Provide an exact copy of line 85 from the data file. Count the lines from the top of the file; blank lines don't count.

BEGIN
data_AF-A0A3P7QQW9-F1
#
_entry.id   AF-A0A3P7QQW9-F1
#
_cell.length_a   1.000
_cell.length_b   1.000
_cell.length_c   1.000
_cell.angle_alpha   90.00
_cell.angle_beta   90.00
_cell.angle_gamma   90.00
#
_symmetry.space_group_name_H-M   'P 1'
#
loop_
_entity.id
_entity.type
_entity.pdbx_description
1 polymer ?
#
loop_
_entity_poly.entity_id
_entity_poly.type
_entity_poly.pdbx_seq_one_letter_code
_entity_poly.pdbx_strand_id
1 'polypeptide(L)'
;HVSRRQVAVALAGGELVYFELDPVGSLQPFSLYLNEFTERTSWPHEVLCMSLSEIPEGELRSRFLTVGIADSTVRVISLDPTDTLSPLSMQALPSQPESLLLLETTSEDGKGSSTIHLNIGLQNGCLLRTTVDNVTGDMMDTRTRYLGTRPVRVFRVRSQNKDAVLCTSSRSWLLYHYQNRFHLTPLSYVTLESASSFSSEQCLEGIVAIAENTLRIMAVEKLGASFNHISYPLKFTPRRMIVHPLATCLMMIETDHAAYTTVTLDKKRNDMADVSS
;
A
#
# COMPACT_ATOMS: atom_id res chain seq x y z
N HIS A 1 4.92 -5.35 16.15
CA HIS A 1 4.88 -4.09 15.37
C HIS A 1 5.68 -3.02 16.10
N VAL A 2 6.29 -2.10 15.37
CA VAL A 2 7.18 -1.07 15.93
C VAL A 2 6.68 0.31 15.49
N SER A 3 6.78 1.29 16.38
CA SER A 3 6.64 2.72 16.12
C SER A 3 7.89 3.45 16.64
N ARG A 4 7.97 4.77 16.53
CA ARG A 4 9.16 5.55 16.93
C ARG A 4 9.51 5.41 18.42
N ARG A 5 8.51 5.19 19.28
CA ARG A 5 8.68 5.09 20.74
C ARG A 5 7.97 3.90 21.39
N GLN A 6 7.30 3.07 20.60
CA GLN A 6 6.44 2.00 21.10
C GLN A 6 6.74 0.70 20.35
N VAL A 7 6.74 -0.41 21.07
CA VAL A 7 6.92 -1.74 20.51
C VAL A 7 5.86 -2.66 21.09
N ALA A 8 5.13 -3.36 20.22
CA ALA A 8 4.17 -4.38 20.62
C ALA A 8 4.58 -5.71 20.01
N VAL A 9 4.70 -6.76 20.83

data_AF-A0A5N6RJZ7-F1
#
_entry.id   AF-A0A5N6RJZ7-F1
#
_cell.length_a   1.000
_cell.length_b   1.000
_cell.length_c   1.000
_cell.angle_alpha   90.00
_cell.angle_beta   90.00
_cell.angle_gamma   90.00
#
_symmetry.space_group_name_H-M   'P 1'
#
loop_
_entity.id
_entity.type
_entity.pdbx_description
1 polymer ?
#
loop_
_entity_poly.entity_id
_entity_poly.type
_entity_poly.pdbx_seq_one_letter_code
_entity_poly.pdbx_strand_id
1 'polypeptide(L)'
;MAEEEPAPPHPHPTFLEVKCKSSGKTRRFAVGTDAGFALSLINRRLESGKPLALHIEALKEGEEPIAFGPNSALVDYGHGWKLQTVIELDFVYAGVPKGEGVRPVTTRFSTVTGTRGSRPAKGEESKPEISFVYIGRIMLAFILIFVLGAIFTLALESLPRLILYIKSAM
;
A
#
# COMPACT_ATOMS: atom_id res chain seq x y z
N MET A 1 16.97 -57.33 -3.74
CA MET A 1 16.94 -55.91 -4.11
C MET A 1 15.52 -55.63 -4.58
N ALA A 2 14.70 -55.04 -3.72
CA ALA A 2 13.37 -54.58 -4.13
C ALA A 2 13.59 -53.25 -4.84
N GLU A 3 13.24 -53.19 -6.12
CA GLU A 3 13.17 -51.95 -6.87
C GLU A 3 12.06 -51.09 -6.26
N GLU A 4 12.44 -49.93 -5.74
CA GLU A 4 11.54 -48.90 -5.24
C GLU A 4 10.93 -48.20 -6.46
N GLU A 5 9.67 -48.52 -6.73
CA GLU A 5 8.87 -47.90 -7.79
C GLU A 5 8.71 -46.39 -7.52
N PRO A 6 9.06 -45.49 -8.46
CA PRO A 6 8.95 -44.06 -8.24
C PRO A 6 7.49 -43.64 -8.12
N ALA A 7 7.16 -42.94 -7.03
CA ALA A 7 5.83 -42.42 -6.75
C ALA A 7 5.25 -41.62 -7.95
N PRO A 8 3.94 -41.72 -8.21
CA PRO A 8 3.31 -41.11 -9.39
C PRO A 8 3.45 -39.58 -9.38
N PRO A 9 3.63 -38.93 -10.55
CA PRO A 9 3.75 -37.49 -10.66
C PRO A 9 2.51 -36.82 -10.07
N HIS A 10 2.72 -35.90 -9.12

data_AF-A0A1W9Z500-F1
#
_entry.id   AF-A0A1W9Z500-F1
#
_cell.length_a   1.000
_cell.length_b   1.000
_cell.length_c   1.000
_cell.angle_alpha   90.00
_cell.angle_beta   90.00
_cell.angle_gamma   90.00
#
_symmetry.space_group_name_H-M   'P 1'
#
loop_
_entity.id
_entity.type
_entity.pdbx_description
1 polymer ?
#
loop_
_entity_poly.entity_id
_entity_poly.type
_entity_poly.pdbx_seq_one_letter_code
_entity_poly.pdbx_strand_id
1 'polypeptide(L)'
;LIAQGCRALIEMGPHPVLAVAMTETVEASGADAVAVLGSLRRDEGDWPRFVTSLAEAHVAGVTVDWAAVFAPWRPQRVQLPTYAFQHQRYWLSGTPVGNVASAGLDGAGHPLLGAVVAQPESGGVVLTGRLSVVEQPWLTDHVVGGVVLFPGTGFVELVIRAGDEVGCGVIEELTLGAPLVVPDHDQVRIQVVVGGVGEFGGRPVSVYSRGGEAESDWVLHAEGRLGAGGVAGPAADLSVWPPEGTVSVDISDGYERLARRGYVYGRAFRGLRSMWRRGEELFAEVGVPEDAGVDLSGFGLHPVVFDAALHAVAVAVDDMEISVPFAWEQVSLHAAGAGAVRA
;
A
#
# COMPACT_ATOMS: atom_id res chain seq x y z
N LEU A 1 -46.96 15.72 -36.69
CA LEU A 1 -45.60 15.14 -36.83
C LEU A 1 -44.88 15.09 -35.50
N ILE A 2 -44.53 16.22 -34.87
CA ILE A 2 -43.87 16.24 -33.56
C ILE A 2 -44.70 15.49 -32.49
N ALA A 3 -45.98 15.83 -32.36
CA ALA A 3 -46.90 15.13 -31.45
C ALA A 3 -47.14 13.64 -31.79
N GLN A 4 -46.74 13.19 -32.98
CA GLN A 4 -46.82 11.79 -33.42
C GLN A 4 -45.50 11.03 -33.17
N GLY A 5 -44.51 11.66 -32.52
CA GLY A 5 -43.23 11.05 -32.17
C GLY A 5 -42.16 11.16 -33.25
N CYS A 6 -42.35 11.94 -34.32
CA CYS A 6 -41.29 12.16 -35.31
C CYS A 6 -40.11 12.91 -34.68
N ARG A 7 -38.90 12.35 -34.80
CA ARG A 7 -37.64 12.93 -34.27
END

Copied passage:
# COMPACT_ATOMS: atom_id res chain seq x y z